After reading Omnivore's dilemma, which is a book that anyone interested in food should read, it became a glaring moral imperative to me that I connect the dots in the chain from "animal in the field" to "thing I cook". I had never seen an animal alive that I later made a meal of, or really faced up to the fact that something with a nervous system and capacity for pain very similar to mine had to experience death for me to eat meat. I wanted to take some amount of responsibility for the animals that enable my carnivorous ways, and see what impacts it had on my attitudes and behavior.
Several of my friends have been hunting this season, and I finally found a date that I could tag along. We went out for the hunt and returned the following day having been responsible for the deaths of a 200 pound feral hog and a 100 pound wild boar. I'll spare the details, except for a few items that I think are interesting.
First, I was alone for my first shot for over an hour, during which time I was given an opportunity to through all twelve stages of the pre-first-shot moral dilemma. I considered all the ways I could lie and not kill anything - shoot at nothing and say I missed or say I never saw anything. It was a circuitous mental journey that finally brought me to the conclusion that I went there to connect the dots, so I would have to shoot if given the opportunity.
Second, when the boars finally came into view, I didn't turn into a shaky spazz that wasn't able to pull off a shot. I became intensely focused, which is quite a feat if you know me. I was so focused on a steady aim tracking to the movements of the boar that I don't even remember hearing the gun go off. This was a great surprise to me, and it gives me the impression that I have a mode of operation that's wired into my DNA that is specifically for tracking food.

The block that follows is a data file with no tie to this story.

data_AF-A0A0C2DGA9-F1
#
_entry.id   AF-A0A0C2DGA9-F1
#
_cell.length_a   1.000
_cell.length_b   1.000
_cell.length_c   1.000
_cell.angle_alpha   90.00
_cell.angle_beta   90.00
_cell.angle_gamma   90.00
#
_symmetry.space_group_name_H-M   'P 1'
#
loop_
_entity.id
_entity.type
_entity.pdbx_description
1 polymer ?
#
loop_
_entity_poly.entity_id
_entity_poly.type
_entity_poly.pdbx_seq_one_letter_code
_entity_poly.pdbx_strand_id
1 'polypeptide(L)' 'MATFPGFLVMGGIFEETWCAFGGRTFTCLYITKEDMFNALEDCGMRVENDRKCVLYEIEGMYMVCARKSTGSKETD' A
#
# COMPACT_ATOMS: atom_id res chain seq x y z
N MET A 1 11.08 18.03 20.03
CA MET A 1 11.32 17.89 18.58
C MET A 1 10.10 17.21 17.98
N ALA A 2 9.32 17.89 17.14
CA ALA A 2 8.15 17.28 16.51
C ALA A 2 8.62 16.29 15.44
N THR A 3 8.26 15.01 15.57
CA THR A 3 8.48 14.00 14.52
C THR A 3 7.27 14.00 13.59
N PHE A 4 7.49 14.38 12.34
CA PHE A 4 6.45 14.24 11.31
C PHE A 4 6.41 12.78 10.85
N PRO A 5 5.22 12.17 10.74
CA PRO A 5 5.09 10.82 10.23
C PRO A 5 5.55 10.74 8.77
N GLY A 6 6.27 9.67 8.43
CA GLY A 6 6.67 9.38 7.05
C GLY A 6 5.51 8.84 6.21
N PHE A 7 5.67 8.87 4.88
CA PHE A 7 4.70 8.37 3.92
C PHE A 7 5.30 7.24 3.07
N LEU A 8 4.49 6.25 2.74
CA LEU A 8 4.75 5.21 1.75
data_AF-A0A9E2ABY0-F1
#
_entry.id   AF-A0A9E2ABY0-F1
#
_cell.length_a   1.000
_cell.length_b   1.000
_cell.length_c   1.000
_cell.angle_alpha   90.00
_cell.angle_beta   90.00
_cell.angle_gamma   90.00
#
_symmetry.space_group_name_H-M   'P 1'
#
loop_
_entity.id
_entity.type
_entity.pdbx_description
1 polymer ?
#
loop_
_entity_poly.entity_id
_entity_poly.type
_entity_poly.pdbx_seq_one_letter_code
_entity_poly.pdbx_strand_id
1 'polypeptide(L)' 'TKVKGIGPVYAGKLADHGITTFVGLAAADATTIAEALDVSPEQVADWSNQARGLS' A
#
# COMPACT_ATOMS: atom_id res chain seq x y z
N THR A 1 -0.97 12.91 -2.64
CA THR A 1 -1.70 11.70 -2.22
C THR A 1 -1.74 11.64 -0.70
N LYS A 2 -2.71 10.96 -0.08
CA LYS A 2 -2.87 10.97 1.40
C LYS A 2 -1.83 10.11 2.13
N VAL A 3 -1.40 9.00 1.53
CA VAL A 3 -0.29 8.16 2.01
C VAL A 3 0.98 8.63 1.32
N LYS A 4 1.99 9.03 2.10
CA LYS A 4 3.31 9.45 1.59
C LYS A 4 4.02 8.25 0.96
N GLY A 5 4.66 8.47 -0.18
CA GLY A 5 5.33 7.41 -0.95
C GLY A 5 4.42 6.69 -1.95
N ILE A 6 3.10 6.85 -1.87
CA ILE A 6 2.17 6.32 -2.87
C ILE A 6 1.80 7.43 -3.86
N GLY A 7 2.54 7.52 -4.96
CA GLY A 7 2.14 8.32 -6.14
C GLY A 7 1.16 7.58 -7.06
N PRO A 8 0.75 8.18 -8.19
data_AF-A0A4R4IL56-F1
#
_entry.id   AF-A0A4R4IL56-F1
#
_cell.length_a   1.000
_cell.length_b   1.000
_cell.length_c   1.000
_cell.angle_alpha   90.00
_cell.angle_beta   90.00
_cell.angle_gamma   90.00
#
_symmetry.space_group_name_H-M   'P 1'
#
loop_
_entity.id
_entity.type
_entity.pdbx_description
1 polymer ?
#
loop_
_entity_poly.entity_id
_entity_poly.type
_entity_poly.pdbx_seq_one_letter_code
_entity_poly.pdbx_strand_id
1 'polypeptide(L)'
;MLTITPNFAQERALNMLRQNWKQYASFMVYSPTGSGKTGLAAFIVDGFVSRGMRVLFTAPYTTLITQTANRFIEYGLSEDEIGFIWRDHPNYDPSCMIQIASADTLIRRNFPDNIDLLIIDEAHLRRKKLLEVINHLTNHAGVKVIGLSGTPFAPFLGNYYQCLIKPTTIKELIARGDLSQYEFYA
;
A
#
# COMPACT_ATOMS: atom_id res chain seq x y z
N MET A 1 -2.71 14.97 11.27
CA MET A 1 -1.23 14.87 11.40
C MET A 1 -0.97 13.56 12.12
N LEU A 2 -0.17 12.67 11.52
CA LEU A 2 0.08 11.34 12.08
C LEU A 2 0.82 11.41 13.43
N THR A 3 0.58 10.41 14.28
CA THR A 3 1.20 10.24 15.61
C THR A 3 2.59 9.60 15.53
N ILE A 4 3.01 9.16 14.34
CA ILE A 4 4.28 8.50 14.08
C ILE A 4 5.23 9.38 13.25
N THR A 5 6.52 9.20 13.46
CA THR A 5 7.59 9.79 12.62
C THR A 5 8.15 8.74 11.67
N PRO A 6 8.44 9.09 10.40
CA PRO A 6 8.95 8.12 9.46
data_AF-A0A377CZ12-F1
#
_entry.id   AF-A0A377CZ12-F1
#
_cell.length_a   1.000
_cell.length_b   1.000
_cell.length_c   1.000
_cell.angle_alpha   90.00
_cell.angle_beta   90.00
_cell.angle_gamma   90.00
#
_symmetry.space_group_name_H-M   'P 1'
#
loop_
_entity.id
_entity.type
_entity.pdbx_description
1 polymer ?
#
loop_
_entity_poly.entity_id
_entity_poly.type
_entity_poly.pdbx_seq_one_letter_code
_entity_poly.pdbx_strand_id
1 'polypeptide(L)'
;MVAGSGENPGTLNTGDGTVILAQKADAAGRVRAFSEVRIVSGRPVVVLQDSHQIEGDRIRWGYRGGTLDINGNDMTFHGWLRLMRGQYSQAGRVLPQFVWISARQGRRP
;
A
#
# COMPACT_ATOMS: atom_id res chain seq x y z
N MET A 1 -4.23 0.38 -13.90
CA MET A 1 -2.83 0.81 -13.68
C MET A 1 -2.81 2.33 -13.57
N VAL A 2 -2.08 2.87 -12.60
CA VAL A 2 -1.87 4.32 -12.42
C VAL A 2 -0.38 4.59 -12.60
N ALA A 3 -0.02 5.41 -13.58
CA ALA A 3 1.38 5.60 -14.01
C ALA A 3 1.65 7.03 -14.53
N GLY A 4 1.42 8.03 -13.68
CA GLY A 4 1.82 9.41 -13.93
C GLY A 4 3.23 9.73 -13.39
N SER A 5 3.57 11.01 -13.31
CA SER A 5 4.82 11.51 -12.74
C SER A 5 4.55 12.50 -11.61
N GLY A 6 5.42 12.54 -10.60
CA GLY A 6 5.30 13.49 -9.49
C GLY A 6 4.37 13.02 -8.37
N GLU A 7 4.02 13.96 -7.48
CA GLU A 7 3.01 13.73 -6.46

Third, it wasn't nearly as awkward to "process" the animal as I thought it would be; the term "processing", for the record, is a feat in euphemistic artistry - it was nasty. I thought the act would be difficult to complete for reasons of intestinal fortitude, but I was able to get through this part with a minimum of revulsion - once the animal had died, I instinctively no longer associated it strongly with a living being.
At this point, I'd recommend the experience to anyone who realizes that they may be taking their food for granted. Now I'm going to wait a month and see if I feel like anything has changed in the way I think about meat or eating.